AndFarAway

A Blog from Amman, Jordan, Online Since 2004.

Category: Arab Culture, Art, Music (Page 1 of 30)

How long did it take to walk from Philadelphia to Damascus during Roman times?

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The Roman road in Um Qaiss, the ancient city of Gadara

Living in Jordan means we get to walk on a lot of ancient Roman roads. Some way or another, the Romans built roads thousands of years ago that function better today than the roads the Jordanian government built last year. That’s the first irony.

The second irony is even better. Gadara was some sort of important cultural hub in the ancient world. It produced a number of notable people, according to Wikipedia, at least:

“Gadara was once called the “city of philosophers”. Among others, Gadara was home to:
Menippus of Gadara (3rd Century BCE), the Cynic satirist
Meleager of Gadara (1st Century BCE), the Cynic poet
Philodemus of Gadara (1st Century BCE), the Epicurean philosopher and poet
Theodorus of Gadara (1st Century BCE), the orator
Oenomaus of Gadara (2nd Century CE), the Cynic philosopher
Apsines of Gadara (3rd Century CE), the rhetorician
Philo of Gadara, the mathematician”

Can you imagine? Our desolate, rural North, home of philosophers, rhetors, mathematicians, and Cynic poets.

I know it was thousands of years ago, but it still feels like it must have been a parallel universe.

Anyhow, I somehow stumbled upon this amazing tool that shows you travel time between different ancient Roman cities.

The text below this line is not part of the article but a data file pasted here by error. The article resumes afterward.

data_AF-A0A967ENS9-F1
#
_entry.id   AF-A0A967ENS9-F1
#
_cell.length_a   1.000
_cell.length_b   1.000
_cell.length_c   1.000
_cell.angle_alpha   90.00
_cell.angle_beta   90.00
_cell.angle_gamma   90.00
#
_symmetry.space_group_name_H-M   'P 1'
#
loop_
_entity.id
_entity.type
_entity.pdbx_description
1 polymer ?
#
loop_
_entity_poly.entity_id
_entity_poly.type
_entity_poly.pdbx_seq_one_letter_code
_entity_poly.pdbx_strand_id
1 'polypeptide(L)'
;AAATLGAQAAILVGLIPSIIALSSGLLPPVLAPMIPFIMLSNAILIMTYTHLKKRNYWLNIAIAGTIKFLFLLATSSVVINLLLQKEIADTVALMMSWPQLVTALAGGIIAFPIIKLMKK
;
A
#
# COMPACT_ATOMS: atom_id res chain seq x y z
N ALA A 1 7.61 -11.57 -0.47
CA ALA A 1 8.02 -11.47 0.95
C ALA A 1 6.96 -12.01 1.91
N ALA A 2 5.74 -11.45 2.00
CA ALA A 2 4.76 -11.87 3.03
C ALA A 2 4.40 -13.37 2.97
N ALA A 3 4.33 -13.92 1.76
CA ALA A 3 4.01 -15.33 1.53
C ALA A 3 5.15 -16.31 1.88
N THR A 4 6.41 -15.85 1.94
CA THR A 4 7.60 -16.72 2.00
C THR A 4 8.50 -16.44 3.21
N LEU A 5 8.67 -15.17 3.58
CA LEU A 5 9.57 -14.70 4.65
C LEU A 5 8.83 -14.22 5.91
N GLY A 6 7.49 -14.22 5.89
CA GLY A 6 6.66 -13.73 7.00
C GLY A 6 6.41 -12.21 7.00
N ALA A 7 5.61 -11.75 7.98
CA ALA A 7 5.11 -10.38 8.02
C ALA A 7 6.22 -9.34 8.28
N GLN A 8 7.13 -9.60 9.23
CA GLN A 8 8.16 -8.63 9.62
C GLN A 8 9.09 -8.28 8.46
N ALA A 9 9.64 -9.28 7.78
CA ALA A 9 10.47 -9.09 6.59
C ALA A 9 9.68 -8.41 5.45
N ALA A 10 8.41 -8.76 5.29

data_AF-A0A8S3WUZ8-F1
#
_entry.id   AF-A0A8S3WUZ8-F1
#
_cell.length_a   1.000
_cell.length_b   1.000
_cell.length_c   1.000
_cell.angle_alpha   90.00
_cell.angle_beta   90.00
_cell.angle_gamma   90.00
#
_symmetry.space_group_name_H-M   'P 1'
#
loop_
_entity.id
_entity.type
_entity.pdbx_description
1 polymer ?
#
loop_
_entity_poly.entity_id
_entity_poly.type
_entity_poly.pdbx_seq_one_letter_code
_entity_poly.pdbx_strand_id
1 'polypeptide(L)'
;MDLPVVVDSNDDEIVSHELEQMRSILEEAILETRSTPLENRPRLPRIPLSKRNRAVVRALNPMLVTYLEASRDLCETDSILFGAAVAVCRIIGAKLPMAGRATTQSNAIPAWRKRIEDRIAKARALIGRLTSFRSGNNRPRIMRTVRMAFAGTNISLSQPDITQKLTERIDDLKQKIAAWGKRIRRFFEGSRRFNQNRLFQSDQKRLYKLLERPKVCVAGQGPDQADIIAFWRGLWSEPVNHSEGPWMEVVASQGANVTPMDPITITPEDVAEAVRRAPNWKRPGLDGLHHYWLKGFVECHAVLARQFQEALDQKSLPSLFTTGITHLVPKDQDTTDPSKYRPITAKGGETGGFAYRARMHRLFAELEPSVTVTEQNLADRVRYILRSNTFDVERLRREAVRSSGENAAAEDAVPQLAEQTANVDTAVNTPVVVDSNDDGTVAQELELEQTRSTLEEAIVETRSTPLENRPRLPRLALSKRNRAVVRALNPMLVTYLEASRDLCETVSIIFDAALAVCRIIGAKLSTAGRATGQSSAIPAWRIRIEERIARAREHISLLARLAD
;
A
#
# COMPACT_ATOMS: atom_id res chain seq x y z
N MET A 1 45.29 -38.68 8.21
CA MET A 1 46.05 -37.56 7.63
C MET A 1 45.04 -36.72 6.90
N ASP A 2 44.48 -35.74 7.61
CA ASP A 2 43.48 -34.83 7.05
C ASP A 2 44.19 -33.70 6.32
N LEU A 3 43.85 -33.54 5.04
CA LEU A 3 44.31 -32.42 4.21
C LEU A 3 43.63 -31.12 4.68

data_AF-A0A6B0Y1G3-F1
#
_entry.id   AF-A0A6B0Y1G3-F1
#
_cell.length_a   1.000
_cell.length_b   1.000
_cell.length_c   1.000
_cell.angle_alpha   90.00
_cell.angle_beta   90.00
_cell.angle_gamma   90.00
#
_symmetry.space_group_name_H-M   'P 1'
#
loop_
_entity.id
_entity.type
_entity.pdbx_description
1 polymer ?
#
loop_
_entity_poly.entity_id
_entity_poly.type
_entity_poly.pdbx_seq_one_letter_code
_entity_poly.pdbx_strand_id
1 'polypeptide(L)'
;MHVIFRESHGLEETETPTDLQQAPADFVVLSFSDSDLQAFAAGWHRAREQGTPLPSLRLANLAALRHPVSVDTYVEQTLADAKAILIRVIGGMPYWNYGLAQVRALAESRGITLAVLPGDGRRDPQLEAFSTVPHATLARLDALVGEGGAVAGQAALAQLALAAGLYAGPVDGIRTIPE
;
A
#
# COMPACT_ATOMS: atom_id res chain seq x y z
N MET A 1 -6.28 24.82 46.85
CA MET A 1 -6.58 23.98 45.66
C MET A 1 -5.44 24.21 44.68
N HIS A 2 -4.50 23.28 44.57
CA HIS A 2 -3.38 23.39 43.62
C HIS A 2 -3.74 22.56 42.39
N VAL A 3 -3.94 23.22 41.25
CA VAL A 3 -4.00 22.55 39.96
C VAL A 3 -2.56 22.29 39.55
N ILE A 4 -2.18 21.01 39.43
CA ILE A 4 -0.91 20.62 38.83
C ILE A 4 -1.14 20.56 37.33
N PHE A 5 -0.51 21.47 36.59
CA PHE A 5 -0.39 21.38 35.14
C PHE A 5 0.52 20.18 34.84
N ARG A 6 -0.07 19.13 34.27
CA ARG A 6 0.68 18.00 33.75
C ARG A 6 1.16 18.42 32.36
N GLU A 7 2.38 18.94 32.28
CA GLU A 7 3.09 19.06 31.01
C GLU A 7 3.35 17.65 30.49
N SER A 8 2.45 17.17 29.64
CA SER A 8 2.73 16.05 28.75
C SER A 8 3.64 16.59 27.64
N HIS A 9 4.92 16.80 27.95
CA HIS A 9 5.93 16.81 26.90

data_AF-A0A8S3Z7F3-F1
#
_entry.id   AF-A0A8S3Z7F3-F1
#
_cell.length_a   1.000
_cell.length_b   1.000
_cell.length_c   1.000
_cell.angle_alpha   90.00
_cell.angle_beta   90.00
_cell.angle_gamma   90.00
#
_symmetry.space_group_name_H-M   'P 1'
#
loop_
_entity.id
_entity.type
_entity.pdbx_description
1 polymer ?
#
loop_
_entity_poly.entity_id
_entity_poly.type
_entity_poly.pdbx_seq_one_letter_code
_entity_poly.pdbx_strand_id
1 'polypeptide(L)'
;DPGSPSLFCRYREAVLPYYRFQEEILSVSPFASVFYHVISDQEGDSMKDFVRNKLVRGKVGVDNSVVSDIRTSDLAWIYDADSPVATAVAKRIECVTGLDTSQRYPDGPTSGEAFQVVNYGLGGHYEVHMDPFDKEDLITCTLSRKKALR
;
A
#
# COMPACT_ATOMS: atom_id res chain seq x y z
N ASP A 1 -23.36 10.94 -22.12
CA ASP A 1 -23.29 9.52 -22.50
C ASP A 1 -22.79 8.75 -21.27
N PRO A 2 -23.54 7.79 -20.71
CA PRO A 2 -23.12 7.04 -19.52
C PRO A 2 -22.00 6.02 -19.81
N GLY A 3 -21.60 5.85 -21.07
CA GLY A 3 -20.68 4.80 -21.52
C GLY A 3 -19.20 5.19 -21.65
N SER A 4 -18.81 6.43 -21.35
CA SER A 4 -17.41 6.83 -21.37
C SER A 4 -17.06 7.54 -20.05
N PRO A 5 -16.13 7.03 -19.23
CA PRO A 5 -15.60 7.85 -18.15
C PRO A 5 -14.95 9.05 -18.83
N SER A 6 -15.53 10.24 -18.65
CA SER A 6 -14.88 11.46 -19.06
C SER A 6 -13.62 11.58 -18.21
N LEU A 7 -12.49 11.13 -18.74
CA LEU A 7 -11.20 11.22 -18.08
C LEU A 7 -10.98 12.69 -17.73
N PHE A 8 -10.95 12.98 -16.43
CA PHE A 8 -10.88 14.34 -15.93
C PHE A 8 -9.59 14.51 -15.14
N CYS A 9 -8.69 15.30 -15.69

For example, from Philadelphia (Amman) to Roma (Rome), it would have taken only 22 days on foot, and 19 days in a carriage. Meanwhile, from Amman to Gadara (Um Qais), it would take less than half a day.

Check it out here.

How to Eat with Pita Bread

We learn to use Arabic bread as a utensil from the day we’re born. I never thought about how freakin’ weird that is for non-Arabs until a short while ago, when a friend visiting the Arab world for the first time had a hard time having dinner with us.

It was really freakin’ weird for me, too. What do you mean you don’t know how to scoop that labaneh? No, you can’t eat zaatar with a fork – you must dip it in oil first then in zaatar. Shoving the bread in your mouth separately from the cheese really defeats the purpose of this whole dinner. Come on… it’s not THAT hard.

Of course, it makes sense… it’s like using chopsticks in East Asia. When I went to South Korea, I was totally awed by how Koreans can eat ANYTHING AND EVERYTHING with chopsticks, really fast. I mean, I’m really good with chopsticks, but you know, with regular food like sushi, noodles, or stir fry. I certainly can’t slurp my soup with chopsticks.